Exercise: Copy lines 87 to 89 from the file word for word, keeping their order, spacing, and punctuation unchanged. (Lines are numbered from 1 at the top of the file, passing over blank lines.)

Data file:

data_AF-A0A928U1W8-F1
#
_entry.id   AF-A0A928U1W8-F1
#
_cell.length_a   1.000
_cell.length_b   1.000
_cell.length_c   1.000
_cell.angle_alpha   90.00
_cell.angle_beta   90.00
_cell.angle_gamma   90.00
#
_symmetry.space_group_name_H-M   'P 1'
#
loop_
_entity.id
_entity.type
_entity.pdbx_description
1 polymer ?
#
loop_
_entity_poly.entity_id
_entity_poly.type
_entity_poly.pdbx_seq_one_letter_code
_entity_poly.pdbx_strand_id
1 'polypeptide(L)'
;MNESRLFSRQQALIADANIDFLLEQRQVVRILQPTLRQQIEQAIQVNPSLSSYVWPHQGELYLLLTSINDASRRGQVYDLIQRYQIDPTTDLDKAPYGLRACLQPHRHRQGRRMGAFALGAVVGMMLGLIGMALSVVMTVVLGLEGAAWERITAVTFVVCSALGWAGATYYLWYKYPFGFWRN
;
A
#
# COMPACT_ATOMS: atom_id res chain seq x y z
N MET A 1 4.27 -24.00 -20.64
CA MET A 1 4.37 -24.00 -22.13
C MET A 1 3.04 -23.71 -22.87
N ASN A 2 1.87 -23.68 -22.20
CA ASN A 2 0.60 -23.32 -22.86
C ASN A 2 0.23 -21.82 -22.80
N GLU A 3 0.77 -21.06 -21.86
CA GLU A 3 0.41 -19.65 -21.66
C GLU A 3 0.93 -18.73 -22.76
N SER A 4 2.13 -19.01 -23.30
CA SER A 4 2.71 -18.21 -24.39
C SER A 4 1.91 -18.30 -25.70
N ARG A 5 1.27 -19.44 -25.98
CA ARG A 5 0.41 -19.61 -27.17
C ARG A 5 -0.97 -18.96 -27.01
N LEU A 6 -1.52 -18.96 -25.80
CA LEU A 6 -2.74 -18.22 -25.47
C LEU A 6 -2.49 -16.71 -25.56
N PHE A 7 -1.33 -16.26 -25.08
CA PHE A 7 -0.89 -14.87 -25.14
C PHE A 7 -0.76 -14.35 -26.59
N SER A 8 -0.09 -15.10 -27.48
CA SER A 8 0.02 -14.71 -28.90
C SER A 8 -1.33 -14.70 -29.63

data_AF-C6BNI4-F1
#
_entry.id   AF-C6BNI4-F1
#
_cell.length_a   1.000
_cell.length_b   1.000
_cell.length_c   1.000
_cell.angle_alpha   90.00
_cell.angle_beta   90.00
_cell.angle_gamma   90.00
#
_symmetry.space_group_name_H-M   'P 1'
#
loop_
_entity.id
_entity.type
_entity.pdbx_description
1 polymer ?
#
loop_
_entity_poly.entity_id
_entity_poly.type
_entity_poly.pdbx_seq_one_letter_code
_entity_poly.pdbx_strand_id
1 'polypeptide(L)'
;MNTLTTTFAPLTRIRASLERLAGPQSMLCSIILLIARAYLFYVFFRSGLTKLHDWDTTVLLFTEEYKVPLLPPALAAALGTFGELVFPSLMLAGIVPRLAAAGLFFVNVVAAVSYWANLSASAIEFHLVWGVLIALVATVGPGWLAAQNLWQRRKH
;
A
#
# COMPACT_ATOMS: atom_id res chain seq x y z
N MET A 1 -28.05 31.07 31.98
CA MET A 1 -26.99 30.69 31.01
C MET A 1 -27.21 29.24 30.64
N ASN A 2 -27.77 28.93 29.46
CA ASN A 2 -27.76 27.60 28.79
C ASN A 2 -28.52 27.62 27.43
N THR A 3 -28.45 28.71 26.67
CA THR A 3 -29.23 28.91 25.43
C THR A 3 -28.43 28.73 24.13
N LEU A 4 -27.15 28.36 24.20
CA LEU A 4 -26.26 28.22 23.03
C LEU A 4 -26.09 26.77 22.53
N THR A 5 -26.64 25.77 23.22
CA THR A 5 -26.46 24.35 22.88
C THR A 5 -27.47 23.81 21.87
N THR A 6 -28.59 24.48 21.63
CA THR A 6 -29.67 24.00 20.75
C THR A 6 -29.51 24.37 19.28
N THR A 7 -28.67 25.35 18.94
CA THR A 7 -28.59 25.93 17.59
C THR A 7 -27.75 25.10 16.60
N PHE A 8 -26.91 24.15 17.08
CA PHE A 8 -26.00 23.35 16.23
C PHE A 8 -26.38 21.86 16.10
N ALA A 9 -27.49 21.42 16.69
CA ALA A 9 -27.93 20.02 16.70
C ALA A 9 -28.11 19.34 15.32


C MET A 1 -27.21 29.24 30.64
N ASN A 2 -27.77 28.93 29.46
CA ASN A 2 -27.76 27.60 28.79